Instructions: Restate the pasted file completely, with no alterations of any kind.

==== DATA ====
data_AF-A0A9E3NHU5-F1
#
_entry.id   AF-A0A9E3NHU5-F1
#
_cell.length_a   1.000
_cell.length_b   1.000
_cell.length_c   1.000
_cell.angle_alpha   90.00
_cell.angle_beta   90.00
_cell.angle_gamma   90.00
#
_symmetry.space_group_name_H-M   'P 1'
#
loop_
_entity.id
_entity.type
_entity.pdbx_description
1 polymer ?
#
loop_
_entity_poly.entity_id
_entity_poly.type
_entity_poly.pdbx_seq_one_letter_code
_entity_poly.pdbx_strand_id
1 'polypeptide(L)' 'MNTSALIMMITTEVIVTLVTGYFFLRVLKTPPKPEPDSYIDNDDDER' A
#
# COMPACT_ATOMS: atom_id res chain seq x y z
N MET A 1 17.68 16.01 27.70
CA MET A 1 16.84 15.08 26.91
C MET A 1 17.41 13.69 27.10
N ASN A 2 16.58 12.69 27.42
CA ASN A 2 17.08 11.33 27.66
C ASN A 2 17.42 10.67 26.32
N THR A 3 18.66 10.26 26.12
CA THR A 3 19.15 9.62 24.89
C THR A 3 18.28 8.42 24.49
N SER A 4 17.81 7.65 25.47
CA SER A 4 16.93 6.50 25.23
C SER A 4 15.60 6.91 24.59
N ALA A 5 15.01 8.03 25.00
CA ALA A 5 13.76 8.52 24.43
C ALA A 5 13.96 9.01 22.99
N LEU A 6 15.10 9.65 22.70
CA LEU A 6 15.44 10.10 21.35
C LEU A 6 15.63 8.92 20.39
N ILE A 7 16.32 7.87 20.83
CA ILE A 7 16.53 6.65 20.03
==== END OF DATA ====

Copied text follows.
data_AF-A0A9E3NHU5-F1
#
_entry.id   AF-A0A9E3NHU5-F1
#
_cell.length_a   1.000
_cell.length_b   1.000
_cell.length_c   1.000
_cell.angle_alpha   90.00
_cell.angle_beta   90.00
_cell.angle_gamma   90.00
#
_symmetry.space_group_name_H-M   'P 1'
#
loop_
_entity.id
_entity.type
_entity.pdbx_description
1 polymer ?
#
loop_
_entity_poly.entity_id
_entity_poly.type
_entity_poly.pdbx_seq_one_letter_code
_entity_poly.pdbx_strand_id
1 'polypeptide(L)' 'MNTSALIMMITTEVIVTLVTGYFFLRVLKTPPKPEPDSYIDNDDDER' A
#
# COMPACT_ATOMS: atom_id res chain seq x y z
N MET A 1 17.68 16.01 27.70
CA MET A 1 16.84 15.08 26.91
C MET A 1 17.41 13.69 27.10
N ASN A 2 16.58 12.69 27.42
CA ASN A 2 17.08 11.33 27.66
C ASN A 2 17.42 10.67 26.32
N THR A 3 18.66 10.26 26.12
CA THR A 3 19.15 9.62 24.89
C THR A 3 18.28 8.42 24.49
N SER A 4 17.81 7.65 25.47
CA SER A 4 16.93 6.50 25.23
C SER A 4 15.60 6.91 24.59
N ALA A 5 15.01 8.03 25.00
CA ALA A 5 13.76 8.52 24.43
C ALA A 5 13.96 9.01 22.99
N LEU A 6 15.10 9.65 22.70
CA LEU A 6 15.44 10.10 21.35
C LEU A 6 15.63 8.92 20.39
N ILE A 7 16.32 7.87 20.83
CA ILE A 7 16.53 6.65 20.03